Determining stroke recovery can be challenging. Two areas I am commonly asked about by people after stroke are the recovery of walking and arm function. In this week’s blog, I would like to focus on the recovery of walking.
There is a lot of research to guide health professionals in their recommendations about post-stroke walking outcomes, however, none of the indicators of recovery are perfect and we need to consider many factors about the individual person.
The first thing you should know is that most people have a good recovery of walking after stroke. For example, 80% of people who are hospitalized after stroke will walk again (1). If you can’t walk initially after your stroke you have about a 60% chance of walking after stroke rehabilitation (2,3).
What predicts who will and who won’t have a good recovery of walking?
There are a number of factors that can indicate if you will be able to walk again and how well. These center around age, physical ability, and stroke severity, with older people and people with more severe strokes having less ability to recover their walking (4).
But what about all the therapy I’m doing? Does that matter?
I have been interested in this question for many years, and I have done quite a bit of research in this area.
Interestingly in the work I’ve done, ability to engage in repetitive practice within therapy was the best indicator of the recovery of walking (1). This was in terms of both the ability to walk and the time taken to achieve independent walking. These results suggest to me that in spite of age and stroke severity, ability to practice may be the key factor in stroke recovery.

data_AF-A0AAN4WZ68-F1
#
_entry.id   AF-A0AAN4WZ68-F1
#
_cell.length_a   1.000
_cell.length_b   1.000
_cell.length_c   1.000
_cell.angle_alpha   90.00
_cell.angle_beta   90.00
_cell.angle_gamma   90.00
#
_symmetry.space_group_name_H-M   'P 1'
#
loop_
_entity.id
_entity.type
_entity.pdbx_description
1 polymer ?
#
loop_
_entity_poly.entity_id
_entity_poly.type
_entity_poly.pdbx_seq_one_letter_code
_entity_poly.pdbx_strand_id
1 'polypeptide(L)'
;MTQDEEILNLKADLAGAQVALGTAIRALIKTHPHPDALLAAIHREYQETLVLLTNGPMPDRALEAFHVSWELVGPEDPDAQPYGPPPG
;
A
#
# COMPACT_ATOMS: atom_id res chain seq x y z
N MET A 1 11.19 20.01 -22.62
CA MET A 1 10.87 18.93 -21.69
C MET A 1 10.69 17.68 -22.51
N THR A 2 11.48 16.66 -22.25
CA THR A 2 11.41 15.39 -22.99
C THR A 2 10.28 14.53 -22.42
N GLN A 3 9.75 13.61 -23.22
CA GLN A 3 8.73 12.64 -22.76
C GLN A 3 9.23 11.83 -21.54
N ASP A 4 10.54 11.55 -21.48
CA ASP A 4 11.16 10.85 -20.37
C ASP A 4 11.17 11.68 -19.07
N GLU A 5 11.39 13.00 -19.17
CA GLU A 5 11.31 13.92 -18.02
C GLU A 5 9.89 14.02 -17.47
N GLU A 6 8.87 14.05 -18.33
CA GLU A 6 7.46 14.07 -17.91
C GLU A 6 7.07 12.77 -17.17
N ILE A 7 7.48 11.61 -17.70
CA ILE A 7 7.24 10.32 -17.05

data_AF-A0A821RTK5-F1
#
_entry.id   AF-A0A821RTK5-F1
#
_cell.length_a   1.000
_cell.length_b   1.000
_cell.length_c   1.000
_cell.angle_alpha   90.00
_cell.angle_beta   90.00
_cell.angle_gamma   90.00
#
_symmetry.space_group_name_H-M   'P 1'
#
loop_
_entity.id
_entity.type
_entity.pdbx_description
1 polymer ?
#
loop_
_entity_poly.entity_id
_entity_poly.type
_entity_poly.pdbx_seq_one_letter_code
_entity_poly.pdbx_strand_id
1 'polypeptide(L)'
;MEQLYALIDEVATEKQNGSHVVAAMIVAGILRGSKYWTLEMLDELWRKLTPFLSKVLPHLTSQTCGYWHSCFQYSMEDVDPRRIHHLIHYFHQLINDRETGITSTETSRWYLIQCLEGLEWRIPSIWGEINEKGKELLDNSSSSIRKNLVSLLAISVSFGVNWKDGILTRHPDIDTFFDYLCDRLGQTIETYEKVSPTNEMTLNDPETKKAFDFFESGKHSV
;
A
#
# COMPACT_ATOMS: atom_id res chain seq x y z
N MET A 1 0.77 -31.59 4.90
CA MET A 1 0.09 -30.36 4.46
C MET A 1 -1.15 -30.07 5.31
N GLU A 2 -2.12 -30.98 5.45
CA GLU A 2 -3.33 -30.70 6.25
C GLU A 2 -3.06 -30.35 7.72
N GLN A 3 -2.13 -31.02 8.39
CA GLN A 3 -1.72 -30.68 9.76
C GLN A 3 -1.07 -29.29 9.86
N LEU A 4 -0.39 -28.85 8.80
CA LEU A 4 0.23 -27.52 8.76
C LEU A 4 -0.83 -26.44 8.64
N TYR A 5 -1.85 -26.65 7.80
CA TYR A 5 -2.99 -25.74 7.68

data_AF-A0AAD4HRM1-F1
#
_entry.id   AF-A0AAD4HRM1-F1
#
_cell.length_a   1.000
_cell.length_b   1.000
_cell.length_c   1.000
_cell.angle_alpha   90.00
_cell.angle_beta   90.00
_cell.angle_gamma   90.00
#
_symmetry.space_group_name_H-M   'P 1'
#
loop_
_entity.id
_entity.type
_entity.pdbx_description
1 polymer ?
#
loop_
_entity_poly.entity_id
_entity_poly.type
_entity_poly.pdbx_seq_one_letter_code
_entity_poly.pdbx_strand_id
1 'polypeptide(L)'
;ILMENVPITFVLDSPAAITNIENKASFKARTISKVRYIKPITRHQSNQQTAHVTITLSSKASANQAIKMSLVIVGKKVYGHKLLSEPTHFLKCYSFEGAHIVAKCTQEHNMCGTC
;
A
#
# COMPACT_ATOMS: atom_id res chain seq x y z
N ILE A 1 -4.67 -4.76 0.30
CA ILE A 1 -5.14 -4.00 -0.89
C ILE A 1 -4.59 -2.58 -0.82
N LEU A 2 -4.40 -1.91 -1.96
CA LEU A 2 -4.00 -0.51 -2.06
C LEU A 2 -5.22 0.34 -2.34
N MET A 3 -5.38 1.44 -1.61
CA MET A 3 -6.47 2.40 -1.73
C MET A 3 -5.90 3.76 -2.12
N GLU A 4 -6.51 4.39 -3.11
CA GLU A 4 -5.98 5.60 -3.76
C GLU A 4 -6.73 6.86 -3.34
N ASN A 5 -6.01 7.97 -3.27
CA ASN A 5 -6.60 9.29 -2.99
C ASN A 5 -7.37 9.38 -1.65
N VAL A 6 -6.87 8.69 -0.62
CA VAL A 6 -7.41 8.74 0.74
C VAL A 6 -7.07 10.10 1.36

Further research I’ve conducted showed a clear relationship between how much therapy is completed and walking outcomes. Meaning that for more practice each day there was an improvement in walking speed.
What if I’m frustrated with the recovery of my walking?
If you are unable to walk or would like to walk better you need to ask yourself and your therapists a few key questions.
- Have I done enough practice?
- Have I done the right practice?
- How important is this goal to me? Am I willing to commit my time and work hard to achieve it?
- Are there other solutions? What aids and equipment could I use?
For some people, the answer will be simple and you can talk to your physiotherapist about what to do to achieve your goals. For others, it will be harder and you may want to consider other options including wheelchairs and scooters to improve your mobility. Your physiotherapist can assist you with these decisions.
If you have any questions please don’t hesitate to contact us.
Dr Kate Scrivener
- Scrivener K, Sherrington C, Schurr K. Exercise dose and mobility outcome in a comprehensive stroke unit: description and prediction from a prospective cohort study. Journal of Rehabilitation Medicine. 2012; 44:823-9.
- Scrivener K, Sherrington C, Schurr K. Amount of exercise in the first week after stroke predicts walking speed and unassisted walking. Neurorehabilitation and Neural Repair. 2012;26:932-8.
- Preston E, Ada L, Dean CM, Stanton R, Waddington G. What is the probability of patients who are nonambulatory after stroke regaining independent walking? A systematic review. International Journal of Stroke. 2011;6:531-40.
- Craig LE, Wu O, Bernhardt J, Langhorne P. Predictors of poststroke mobility: systematic review. International Journal of Stroke. 2011;6:321-7.